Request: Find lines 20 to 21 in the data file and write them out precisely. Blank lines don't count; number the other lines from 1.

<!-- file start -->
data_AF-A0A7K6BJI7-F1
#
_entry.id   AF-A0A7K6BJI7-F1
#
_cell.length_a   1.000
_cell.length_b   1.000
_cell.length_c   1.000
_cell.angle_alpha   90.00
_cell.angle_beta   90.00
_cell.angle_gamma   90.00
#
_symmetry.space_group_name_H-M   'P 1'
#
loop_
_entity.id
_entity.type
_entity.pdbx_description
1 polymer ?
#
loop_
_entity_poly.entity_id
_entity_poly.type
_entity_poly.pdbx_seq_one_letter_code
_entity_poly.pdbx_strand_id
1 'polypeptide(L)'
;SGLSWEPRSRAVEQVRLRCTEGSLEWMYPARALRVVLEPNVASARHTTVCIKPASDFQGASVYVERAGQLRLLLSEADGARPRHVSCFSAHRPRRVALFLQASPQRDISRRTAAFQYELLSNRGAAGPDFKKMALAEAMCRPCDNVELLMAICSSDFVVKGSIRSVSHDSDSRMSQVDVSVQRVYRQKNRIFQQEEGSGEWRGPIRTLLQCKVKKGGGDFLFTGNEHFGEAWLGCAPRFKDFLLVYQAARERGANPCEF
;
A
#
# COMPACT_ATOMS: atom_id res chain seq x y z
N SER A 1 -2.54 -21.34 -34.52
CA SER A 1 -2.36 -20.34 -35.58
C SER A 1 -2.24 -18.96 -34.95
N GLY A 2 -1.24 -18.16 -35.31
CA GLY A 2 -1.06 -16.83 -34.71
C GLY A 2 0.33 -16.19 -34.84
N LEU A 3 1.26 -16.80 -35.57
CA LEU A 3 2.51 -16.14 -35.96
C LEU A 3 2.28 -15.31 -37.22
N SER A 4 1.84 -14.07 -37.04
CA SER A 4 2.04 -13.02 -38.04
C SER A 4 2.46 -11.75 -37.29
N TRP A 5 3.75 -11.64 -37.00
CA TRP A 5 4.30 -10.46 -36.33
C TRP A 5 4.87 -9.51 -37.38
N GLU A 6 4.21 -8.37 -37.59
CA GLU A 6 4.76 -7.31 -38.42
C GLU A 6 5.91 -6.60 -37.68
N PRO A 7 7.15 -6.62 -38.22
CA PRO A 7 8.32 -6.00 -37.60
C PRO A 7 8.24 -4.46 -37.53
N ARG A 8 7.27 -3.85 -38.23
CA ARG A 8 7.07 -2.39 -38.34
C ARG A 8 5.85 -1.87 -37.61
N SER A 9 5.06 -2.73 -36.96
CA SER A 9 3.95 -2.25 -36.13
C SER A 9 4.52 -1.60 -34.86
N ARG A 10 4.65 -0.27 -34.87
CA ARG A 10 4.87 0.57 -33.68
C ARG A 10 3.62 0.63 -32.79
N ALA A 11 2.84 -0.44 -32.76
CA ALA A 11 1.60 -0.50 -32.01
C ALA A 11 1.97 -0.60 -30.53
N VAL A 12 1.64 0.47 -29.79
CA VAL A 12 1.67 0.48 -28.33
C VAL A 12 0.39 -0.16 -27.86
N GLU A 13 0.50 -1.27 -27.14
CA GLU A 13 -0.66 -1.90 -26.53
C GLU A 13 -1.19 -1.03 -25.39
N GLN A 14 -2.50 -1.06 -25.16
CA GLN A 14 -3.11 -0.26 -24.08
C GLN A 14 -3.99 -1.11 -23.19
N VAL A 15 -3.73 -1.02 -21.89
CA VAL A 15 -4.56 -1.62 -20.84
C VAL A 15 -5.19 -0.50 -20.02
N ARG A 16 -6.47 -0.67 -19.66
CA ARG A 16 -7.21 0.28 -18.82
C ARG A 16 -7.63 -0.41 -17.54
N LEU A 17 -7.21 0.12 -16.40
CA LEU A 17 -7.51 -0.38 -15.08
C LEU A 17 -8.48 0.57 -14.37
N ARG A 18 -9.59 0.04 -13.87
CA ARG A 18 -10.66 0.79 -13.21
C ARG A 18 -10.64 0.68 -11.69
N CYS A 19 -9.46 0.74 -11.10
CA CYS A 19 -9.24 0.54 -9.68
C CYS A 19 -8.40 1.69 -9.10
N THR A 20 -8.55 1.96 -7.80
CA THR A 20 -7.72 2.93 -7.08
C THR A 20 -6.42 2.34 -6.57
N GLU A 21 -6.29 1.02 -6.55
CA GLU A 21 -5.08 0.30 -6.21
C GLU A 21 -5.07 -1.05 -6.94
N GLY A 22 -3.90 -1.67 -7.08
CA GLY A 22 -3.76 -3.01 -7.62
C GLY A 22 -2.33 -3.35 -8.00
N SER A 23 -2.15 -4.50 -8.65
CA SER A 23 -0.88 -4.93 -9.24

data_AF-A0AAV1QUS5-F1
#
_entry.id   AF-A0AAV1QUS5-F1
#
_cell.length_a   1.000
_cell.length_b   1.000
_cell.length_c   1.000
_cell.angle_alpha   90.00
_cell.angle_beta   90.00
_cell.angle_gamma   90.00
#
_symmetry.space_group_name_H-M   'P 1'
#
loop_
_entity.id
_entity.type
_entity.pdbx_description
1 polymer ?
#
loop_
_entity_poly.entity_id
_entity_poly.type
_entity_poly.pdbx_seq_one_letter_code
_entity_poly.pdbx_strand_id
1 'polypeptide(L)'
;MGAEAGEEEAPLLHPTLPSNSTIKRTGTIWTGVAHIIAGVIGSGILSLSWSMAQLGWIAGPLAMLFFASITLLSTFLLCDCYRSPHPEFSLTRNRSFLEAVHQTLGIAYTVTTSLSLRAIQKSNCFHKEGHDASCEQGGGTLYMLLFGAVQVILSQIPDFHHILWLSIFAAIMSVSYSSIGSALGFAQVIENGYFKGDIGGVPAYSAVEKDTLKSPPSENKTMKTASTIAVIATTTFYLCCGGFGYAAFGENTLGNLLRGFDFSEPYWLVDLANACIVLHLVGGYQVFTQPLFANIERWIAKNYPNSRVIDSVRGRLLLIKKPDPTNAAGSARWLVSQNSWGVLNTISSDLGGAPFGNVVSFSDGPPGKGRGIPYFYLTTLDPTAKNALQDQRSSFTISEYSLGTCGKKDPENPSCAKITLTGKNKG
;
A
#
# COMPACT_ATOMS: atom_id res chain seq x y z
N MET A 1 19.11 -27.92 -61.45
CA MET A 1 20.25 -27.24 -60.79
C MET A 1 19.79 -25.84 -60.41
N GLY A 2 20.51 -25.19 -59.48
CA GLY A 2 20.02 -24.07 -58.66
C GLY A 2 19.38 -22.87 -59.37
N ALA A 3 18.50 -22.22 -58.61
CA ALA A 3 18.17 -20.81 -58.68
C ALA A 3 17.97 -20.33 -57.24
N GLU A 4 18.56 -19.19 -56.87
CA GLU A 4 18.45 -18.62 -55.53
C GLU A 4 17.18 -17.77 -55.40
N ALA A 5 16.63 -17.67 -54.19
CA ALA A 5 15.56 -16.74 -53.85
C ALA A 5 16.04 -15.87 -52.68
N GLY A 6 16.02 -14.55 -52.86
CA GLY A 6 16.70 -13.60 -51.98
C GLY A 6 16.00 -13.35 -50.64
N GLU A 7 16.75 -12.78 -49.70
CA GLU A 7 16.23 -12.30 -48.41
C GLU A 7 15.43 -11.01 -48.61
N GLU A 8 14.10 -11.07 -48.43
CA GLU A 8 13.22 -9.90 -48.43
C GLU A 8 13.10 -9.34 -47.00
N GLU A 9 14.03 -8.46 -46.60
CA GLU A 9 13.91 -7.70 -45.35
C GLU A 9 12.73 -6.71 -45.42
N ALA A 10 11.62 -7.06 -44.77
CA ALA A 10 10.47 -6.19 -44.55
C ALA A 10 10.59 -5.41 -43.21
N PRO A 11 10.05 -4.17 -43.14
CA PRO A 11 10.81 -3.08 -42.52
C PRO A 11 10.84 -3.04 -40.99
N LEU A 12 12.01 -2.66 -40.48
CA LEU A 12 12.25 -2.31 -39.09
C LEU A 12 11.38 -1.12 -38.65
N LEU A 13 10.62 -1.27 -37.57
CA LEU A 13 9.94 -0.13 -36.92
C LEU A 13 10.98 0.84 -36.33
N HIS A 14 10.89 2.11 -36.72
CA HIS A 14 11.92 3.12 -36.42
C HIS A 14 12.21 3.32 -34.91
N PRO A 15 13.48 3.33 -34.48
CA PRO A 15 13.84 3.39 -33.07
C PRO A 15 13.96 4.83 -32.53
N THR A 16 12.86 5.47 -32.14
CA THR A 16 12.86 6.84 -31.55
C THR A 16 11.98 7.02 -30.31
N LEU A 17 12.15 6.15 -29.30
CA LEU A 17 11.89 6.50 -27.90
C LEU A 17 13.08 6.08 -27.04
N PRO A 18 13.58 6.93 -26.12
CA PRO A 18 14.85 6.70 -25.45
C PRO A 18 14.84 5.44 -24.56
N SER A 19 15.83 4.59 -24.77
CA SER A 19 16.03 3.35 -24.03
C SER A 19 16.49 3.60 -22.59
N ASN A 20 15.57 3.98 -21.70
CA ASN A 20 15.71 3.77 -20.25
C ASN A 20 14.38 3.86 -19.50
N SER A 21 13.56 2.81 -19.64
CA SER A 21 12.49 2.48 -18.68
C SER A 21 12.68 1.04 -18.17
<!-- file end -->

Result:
loop_
_entity_poly.entity_id